THIS EVENT IS ARCHIVED
Date: 5 May 2016Time: 6:30 PM
Finishes: 5 May 2016Time: 9:00 PM
Venue: Brunei Gallery
Type of Event: Inaugural Lecture
Introduction: Professor Nora Taylor
Vote of Thanks: Professor Penny Edwards
The Angkorian empire produced one of the most remarkable sculptural traditions in human history. Starting from Hindu and, to a lesser extent, Buddhist models, Khmer artists invented bold new techniques and sophisticated aesthetic principles that underpinned their exploration of anthropomorphic statuary. And yet the representational presuppositions of Western aesthetics only cloud our understanding of this innovation: perhaps art, in this context, does not stand in a mimetic relationship to the world, but rather itself constitutes an ‘original’, an embodied and multivalent reality that calls for a different relationship with its ‘viewer’.
This lecture will begin with a reflection on the Khmer ‘portrait statue’, considered in the traditional art history of ancient Cambodia to have been a late and peculiar invention of the reign of the last of the great Angkorian kings. However I will challenge this view, and indeed take the double ontology of these sculptures – embodying at once gods and people – to in fact constitute the baseline reality of essentially all Angkorian and post-Angkorian statuary.
Nothing is as it seems: even Angkor itself, this exemplary outlier of the Sanskrit ‘cosmopolis’ that flowered in the late first and early second millennia CE, is construed both as a fiercely singular local dominion and a universal kingdom. Microcosm and macrocosm are each set off against and magnified in the other. Within this context, a number of otherwise incongruous phenomena can be understood as manifestations of an underlying bifid structure: from the fluid ambiguity in the gendering of certain anthropomorphic representations to the determination with which religious practitioners, then as now, experience their own lives as participating in a larger cosmic life variously conveyed by art.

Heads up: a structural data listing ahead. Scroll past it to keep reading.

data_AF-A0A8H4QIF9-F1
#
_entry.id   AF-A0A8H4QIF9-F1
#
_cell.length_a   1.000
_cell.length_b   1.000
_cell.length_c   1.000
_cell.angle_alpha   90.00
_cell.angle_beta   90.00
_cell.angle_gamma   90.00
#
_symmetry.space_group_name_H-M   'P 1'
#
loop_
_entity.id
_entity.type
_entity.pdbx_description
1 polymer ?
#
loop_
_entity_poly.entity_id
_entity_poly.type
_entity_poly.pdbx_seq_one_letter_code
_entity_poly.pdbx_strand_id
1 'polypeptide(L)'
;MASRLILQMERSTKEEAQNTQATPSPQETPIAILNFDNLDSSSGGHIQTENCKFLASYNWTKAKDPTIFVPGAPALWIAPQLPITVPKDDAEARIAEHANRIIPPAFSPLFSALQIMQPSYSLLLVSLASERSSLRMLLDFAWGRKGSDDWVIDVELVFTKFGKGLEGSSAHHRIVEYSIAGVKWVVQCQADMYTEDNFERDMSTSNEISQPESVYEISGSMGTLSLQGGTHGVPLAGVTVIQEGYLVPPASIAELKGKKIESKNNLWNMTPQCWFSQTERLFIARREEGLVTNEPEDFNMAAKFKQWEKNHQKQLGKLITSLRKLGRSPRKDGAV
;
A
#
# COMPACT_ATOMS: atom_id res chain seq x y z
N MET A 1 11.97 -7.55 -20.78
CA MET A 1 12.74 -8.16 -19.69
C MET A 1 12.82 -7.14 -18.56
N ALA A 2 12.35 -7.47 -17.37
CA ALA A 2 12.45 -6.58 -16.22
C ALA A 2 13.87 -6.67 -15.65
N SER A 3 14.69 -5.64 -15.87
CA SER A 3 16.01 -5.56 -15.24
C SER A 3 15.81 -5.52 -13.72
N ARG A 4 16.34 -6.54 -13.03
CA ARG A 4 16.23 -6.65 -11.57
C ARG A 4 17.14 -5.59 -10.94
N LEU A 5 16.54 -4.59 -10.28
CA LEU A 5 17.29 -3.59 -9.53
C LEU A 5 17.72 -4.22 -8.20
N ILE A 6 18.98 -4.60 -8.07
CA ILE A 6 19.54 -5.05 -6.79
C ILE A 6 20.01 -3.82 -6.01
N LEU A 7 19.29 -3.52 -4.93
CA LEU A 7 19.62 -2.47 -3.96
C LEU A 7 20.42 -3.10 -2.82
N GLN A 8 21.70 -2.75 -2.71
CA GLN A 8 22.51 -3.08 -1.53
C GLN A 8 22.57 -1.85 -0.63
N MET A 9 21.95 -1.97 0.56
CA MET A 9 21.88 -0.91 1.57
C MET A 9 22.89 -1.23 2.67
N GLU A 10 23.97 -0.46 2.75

Prof. Ashley Thompson - Double Realities: The Complex Lives of Ancient Khmer Statuary
Ashley Thompson is Hiram W. Woodward Chair in Southeast Asian Art and Academic Lead of the Southeast Asian Art Academic Programme at SOAS. She is a specialist in Southeast Asian arts, aesthetics, literatures and cultural histories, with a focus on Cambodia. Her new book, Engendering the Buddhist State: Territory, Sovereignty and Sexual Difference in the Inventions of Angkor (Routledge, Critical Buddhist Studies, 2016) reopens the question of the relations between power and culture in ancient Southeast Asia with a groundbreaking examination of the role of art and language in the self-imagination of the ancient Cambodian empire centred on Angkor (9th-13th c.).
The lecture is also the occasion for a launch of Professor Thompson's new book, Engendering the Buddhist State: Territory, Sovereignty and Sexual Difference in the Inventions of Angkor. Grab one of the first copies on 5 May where you will be entitled to a 20% discount. If you would like to purchase a book on the night, please do bring cash as we will not be able to take card payments. We will also have flyers at the event entitling you to a 20% discount when purchasing online.
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